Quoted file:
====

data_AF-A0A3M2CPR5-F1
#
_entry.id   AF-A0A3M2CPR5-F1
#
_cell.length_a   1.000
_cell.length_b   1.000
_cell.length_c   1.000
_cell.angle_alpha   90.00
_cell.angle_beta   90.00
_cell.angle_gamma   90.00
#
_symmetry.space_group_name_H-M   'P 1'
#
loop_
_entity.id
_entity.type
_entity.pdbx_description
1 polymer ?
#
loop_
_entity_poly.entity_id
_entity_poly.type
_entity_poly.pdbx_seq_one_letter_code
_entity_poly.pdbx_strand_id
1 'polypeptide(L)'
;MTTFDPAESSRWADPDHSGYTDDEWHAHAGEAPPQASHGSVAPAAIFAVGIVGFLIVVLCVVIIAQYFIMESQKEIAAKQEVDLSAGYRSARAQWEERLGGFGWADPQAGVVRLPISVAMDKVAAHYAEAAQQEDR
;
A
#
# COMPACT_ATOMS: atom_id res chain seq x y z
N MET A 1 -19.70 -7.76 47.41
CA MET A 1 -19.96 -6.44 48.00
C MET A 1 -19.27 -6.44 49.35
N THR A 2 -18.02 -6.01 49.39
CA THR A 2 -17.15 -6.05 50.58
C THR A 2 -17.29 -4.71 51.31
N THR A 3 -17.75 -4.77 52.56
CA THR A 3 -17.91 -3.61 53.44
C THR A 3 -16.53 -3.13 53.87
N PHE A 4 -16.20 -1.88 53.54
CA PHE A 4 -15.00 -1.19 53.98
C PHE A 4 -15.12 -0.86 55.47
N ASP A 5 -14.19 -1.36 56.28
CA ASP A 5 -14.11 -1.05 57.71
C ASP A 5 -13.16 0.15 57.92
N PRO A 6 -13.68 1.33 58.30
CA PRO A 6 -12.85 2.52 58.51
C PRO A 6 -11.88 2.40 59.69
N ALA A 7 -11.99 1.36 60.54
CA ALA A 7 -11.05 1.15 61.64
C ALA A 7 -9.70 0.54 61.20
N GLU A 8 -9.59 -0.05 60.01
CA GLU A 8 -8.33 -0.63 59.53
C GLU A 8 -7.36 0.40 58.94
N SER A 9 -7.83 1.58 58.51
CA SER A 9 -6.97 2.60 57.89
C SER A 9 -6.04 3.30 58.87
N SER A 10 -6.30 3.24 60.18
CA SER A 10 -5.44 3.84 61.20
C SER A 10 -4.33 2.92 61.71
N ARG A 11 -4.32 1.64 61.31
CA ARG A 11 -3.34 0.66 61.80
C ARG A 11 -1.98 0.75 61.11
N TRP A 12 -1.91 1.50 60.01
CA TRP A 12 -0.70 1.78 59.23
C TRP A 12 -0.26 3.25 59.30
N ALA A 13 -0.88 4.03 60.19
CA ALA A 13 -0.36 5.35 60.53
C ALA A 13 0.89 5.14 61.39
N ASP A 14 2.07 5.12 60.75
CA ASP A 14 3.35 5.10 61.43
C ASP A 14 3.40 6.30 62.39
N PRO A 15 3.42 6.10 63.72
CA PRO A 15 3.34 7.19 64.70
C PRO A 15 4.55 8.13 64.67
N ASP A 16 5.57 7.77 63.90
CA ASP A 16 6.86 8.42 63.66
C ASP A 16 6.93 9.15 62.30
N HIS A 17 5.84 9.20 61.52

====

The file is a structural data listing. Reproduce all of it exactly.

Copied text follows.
data_AF-A0A3M2CPR5-F1
#
_entry.id   AF-A0A3M2CPR5-F1
#
_cell.length_a   1.000
_cell.length_b   1.000
_cell.length_c   1.000
_cell.angle_alpha   90.00
_cell.angle_beta   90.00
_cell.angle_gamma   90.00
#
_symmetry.space_group_name_H-M   'P 1'
#
loop_
_entity.id
_entity.type
_entity.pdbx_description
1 polymer ?
#
loop_
_entity_poly.entity_id
_entity_poly.type
_entity_poly.pdbx_seq_one_letter_code
_entity_poly.pdbx_strand_id
1 'polypeptide(L)'
;MTTFDPAESSRWADPDHSGYTDDEWHAHAGEAPPQASHGSVAPAAIFAVGIVGFLIVVLCVVIIAQYFIMESQKEIAAKQEVDLSAGYRSARAQWEERLGGFGWADPQAGVVRLPISVAMDKVAAHYAEAAQQEDR
;
A
#
# COMPACT_ATOMS: atom_id res chain seq x y z
N MET A 1 -19.70 -7.76 47.41
CA MET A 1 -19.96 -6.44 48.00
C MET A 1 -19.27 -6.44 49.35
N THR A 2 -18.02 -6.01 49.39
CA THR A 2 -17.15 -6.05 50.58
C THR A 2 -17.29 -4.71 51.31
N THR A 3 -17.75 -4.77 52.56
CA THR A 3 -17.91 -3.61 53.44
C THR A 3 -16.53 -3.13 53.87
N PHE A 4 -16.20 -1.88 53.54
CA PHE A 4 -15.00 -1.19 53.98
C PHE A 4 -15.12 -0.86 55.47
N ASP A 5 -14.19 -1.36 56.28
CA ASP A 5 -14.11 -1.05 57.71
C ASP A 5 -13.16 0.15 57.92
N PRO A 6 -13.68 1.33 58.30
CA PRO A 6 -12.85 2.52 58.51
C PRO A 6 -11.88 2.40 59.69
N ALA A 7 -11.99 1.36 60.54
CA ALA A 7 -11.05 1.15 61.64
C ALA A 7 -9.70 0.54 61.20
N GLU A 8 -9.59 -0.05 60.01
CA GLU A 8 -8.33 -0.63 59.53
C GLU A 8 -7.36 0.40 58.94
N SER A 9 -7.83 1.58 58.51
CA SER A 9 -6.97 2.60 57.89
C SER A 9 -6.04 3.30 58.87
N SER A 10 -6.30 3.24 60.18
CA SER A 10 -5.44 3.84 61.20
C SER A 10 -4.33 2.92 61.71
N ARG A 11 -4.32 1.64 61.31
CA ARG A 11 -3.34 0.66 61.80
C ARG A 11 -1.98 0.75 61.11
N TRP A 12 -1.91 1.50 60.01
CA TRP A 12 -0.70 1.78 59.23
C TRP A 12 -0.26 3.25 59.30
N ALA A 13 -0.88 4.03 60.19
CA ALA A 13 -0.36 5.35 60.53
C ALA A 13 0.89 5.14 61.39
N ASP A 14 2.07 5.12 60.75
CA ASP A 14 3.35 5.10 61.43
C ASP A 14 3.40 6.30 62.39
N PRO A 15 3.42 6.10 63.72
CA PRO A 15 3.34 7.19 64.70
C PRO A 15 4.55 8.13 64.67
N ASP A 16 5.57 7.77 63.90
CA ASP A 16 6.86 8.42 63.66
C ASP A 16 6.93 9.15 62.30
N HIS A 17 5.84 9.20 61.52